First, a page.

As large-scale prosumers, farmers in the UK could generate an estimated 10GW from renewable energy, according to new research from sustainability organization Forum for the Future.
The report ‘Farm Power: Putting Agriculture on the Grid’ states that UK farms are “not fulfilling their potential as significant players in our energy system”.
Despite 38% of UK farmers having already invested in renewables, the Farm Power coalition believes it is easy to find at least 10GW – and possibly 20GW – of unmet potential across British farms.
This is equivalent to more than three times the installed capacity of the proposed new nuclear power plant at Hinkley Point C.
The coalition, made up of farming bodies, businesses and NGOs, are lobbying policymakers and other stakeholders, including supermarkets, to support the vision.
Neil Hughes, head of technology at National Grid, said: “This is a great initiative we are delighted to support.
“Farms and rural communities can make a significant contribution to the sustainable energy mix but we need to collaborate to make it happen. We’ll share our insights into the energy system, the merits of various technology options and the policy landscape to help farmers and rural communities to make the right choices.”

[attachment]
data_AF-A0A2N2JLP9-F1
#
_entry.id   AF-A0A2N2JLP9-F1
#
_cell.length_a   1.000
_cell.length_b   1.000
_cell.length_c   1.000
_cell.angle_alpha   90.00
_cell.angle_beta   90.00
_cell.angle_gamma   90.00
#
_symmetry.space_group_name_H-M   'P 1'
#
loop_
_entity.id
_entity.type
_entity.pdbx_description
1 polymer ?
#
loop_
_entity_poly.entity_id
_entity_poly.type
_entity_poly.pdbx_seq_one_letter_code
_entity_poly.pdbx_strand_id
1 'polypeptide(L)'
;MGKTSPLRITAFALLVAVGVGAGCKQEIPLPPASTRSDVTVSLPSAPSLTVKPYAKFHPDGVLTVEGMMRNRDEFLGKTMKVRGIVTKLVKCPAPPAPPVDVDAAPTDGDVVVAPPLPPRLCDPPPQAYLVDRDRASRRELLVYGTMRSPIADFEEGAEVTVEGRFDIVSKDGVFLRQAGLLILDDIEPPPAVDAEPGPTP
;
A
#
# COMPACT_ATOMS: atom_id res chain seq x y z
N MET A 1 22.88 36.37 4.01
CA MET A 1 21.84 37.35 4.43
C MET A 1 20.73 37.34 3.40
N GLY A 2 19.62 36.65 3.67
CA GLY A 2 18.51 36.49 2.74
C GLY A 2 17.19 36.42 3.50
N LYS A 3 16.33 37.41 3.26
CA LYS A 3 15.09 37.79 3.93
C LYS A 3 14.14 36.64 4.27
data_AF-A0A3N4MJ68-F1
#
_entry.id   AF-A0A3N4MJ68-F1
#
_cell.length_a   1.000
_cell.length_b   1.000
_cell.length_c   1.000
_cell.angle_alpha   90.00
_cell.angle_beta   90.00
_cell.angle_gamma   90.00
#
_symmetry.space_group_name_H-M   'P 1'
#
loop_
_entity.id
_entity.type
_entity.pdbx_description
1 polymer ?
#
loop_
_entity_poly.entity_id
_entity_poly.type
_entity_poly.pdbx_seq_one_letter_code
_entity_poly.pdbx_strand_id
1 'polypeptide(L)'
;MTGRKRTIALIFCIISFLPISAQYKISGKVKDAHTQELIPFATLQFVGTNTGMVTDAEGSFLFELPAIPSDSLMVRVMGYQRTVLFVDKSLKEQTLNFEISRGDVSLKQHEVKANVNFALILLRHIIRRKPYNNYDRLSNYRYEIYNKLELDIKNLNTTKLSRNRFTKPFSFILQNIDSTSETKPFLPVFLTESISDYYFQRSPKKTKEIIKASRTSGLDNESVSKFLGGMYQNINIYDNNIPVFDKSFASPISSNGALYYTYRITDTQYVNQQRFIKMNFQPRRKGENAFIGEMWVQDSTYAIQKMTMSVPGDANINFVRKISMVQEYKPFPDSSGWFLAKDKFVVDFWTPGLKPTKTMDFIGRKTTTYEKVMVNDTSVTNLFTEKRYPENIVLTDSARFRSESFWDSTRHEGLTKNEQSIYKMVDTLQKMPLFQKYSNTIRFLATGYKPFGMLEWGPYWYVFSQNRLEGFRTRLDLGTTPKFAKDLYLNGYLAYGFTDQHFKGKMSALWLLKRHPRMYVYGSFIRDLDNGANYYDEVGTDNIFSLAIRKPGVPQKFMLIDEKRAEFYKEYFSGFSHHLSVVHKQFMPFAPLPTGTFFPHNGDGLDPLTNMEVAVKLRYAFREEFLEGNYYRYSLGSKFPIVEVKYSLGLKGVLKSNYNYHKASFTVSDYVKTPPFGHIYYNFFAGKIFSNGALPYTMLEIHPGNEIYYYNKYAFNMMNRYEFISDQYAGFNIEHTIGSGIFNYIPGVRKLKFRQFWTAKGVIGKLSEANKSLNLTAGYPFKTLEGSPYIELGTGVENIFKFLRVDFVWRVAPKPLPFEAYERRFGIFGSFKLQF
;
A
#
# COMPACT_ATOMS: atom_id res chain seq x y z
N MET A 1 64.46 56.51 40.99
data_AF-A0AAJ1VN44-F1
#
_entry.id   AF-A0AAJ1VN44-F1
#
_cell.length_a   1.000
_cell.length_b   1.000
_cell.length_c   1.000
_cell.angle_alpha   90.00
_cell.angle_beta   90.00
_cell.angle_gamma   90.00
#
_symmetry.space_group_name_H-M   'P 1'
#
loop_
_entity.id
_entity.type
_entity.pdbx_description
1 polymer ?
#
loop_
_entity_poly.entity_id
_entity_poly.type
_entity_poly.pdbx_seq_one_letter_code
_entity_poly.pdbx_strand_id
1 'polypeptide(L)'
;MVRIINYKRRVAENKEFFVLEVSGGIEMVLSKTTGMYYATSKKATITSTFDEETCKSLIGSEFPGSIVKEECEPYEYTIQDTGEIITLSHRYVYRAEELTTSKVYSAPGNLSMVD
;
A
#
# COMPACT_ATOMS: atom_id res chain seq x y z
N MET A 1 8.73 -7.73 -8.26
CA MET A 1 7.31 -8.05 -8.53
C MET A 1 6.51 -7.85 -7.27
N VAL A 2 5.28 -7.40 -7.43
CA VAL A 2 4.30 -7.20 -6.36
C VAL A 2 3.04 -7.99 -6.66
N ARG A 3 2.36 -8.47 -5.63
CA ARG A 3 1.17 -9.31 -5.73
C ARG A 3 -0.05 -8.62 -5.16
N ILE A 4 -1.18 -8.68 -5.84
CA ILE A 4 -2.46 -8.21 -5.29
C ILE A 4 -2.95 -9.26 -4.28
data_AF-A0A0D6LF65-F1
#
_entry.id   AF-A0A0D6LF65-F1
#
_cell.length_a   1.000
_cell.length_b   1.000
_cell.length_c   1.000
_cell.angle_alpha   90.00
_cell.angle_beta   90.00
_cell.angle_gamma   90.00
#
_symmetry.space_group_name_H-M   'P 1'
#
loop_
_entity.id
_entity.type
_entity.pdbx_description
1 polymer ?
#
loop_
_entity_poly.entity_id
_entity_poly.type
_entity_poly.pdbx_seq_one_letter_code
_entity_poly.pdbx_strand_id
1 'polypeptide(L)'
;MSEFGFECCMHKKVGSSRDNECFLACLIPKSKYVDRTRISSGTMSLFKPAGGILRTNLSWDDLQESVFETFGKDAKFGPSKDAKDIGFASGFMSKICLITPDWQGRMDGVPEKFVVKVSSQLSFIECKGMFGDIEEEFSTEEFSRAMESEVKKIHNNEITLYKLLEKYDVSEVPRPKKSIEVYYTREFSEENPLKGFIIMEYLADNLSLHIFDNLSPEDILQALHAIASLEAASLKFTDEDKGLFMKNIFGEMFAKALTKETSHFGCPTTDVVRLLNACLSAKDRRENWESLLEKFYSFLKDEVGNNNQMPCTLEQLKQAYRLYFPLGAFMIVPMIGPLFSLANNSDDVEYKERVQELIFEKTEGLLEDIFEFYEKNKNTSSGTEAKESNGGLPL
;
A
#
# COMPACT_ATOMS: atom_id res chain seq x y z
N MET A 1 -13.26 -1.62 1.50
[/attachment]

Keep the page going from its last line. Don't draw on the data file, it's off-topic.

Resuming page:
Renewable energy output
The report envisages that the majority of power could be generated by ground solar PV, followed by rooftop solar PV, wind power and anaerobic digestion.
Iain Watt, project lead at Forum for the Future, said: “Our research shows that it’s easy to quickly find at least 10GW of unmet potential across British farms, but that it’s also pretty easy to get up to 20GW, too – especially if we embrace ground-based solar.
“Either way, 10GW is a huge figure, and would go a long way to helping the UK meet its renewable energy targets.
“The fact that this potential can be met in a manner that complements food production – livestock and poultry production can happily co-exist with ground-based solar and/or farm-scale wind, and energy production can also provide space for the pollinators upon which much food production depends – provides all the justification politicians should need to embrace the farm power revolution.”
However, it identifies obstacles to farmers acting as large-scale prosumers or small independent power producers.
The report said: “Chief among [the obstacles] are getting reliable access to grid connections and supportive planning.
“Removing these barriers will require a system-wide approach and the support of key decision makers from central Government to Ofgem and the UK’s six distribution network operators.”
(Pic credit: Solar Selections)